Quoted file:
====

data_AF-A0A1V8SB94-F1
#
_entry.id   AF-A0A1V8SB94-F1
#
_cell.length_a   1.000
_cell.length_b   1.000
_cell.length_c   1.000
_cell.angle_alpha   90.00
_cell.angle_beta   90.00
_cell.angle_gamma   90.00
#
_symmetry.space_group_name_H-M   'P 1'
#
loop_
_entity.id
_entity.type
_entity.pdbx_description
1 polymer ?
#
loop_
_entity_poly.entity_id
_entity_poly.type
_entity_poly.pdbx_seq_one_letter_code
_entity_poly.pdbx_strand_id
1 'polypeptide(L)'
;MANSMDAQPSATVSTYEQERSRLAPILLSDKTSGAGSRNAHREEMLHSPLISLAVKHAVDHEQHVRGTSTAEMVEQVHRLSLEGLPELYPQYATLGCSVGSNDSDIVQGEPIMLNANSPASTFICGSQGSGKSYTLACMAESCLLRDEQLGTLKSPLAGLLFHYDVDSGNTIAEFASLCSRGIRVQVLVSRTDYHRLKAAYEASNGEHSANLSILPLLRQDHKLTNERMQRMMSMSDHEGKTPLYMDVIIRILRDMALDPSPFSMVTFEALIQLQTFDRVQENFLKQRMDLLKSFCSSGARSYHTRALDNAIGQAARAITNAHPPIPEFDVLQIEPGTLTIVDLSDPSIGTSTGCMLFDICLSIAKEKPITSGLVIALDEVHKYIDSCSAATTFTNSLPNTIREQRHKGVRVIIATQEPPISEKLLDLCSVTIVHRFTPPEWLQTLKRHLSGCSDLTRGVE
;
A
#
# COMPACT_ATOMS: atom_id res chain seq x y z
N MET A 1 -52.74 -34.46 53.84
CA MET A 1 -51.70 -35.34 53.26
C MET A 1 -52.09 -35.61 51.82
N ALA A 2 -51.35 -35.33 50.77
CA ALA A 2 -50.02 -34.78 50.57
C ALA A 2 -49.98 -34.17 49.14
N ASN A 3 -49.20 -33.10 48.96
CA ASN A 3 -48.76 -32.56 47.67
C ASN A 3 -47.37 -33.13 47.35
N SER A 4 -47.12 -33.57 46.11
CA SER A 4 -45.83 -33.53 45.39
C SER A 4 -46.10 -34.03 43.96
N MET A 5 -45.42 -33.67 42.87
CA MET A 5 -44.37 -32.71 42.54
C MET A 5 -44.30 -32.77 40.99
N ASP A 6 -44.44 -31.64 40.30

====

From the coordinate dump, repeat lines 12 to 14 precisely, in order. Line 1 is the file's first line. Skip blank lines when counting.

_symmetry.space_group_name_H-M   'P 1'
#
loop_